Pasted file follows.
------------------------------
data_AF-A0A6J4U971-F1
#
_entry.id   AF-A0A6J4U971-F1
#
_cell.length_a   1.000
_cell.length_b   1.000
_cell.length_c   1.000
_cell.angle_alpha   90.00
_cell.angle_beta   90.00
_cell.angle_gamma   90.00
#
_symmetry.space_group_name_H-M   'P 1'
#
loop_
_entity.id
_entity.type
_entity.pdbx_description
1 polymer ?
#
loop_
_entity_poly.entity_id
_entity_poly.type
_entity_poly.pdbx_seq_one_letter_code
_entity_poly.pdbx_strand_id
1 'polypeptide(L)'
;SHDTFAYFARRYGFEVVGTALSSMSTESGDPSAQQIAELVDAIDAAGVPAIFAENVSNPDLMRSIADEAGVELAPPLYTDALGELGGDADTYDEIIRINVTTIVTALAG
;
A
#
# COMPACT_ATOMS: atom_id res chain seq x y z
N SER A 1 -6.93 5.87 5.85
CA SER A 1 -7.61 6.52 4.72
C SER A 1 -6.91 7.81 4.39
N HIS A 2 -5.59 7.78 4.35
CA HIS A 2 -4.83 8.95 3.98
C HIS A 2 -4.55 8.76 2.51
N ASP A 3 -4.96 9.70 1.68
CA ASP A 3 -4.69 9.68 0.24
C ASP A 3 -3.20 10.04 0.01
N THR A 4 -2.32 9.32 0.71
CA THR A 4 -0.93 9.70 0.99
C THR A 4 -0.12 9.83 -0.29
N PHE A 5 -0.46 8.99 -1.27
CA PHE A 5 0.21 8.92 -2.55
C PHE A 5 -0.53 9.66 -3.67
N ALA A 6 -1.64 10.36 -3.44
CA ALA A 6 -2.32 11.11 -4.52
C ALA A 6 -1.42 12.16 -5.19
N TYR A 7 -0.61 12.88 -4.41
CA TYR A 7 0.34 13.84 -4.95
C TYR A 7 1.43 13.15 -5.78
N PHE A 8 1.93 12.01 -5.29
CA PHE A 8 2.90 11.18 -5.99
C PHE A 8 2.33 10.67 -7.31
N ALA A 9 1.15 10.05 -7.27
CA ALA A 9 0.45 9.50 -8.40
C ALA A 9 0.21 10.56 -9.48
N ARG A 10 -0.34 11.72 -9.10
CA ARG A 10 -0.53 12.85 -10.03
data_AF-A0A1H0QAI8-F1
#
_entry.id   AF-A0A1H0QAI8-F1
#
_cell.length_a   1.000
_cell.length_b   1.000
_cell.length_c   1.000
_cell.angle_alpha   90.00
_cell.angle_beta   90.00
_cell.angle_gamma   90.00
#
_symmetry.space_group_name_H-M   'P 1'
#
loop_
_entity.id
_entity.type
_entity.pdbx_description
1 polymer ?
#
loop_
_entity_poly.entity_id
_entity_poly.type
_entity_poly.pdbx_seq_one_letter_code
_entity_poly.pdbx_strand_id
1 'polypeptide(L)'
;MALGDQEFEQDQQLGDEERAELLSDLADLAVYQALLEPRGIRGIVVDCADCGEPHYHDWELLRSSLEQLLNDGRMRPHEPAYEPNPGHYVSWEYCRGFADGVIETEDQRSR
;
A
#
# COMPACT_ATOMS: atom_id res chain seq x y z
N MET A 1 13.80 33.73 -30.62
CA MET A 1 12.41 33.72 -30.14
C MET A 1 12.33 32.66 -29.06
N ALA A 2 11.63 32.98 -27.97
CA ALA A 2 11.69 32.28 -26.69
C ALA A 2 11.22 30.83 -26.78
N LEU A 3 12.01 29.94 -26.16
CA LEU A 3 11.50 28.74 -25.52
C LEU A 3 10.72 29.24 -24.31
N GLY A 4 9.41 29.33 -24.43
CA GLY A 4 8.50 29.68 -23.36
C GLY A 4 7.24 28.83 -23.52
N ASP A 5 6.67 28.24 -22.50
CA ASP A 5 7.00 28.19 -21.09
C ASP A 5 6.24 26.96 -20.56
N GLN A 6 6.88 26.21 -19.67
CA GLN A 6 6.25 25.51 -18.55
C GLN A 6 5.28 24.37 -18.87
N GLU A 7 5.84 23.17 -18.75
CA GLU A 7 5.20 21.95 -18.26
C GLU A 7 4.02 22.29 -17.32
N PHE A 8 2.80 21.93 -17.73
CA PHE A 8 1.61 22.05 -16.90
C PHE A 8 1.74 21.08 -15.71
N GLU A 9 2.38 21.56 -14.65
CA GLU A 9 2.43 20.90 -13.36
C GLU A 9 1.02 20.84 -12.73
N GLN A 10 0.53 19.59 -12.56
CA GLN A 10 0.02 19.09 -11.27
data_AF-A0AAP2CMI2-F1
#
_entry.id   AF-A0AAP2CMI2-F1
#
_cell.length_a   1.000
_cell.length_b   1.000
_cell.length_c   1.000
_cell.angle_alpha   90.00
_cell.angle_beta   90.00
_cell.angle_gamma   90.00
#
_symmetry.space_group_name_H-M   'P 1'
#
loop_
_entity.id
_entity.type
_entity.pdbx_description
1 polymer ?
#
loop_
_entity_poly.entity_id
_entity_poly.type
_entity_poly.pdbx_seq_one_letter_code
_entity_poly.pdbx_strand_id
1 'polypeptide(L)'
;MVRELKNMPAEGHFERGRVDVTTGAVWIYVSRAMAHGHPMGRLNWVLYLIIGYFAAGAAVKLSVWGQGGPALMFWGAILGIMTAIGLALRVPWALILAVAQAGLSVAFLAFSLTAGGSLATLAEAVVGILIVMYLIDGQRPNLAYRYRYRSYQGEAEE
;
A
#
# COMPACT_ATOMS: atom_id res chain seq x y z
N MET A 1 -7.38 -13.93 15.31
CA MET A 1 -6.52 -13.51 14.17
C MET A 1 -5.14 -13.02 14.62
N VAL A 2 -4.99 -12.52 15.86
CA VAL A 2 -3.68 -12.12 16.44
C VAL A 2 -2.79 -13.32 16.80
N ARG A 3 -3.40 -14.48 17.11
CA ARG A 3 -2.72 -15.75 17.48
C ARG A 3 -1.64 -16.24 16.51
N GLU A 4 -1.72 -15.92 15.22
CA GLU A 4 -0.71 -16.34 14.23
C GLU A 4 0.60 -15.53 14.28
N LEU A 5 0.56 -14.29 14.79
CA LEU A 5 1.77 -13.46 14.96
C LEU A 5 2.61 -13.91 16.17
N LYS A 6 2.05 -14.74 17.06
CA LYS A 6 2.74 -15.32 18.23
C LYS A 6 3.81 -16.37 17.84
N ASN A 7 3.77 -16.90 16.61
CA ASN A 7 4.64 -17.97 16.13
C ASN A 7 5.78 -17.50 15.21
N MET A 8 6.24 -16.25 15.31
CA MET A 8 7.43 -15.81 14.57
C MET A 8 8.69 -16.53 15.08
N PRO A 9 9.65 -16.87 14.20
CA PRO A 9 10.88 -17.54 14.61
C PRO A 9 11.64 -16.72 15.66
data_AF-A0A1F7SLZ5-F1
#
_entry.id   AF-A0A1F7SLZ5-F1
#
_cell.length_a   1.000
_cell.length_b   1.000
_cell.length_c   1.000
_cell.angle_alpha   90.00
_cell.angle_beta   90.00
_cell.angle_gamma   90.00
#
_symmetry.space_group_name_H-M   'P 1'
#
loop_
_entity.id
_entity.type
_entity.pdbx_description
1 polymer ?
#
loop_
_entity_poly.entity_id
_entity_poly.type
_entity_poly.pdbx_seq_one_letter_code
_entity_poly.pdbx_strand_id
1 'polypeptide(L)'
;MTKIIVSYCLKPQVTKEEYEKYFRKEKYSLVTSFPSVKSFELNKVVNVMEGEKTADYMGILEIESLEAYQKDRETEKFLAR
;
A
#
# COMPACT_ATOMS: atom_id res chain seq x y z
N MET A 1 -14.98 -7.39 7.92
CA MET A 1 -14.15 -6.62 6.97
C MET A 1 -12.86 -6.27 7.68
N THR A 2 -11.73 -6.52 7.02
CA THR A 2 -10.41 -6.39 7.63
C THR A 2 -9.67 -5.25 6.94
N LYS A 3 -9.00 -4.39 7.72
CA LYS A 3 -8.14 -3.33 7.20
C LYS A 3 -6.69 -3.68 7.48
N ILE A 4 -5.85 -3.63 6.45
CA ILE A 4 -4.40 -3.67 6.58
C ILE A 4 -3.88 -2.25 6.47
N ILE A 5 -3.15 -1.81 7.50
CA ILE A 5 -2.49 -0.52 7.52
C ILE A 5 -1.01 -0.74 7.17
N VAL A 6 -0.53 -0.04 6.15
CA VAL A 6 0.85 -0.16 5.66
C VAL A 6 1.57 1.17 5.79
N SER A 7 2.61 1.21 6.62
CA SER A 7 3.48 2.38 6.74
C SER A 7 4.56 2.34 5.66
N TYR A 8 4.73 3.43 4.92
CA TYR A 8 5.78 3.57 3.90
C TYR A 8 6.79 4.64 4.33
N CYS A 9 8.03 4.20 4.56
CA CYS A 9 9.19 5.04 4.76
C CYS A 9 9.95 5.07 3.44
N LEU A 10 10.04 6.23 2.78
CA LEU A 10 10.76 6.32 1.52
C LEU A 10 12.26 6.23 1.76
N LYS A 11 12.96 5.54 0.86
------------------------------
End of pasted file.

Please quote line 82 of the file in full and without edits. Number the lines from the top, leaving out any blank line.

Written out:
_entity_poly.pdbx_seq_one_letter_code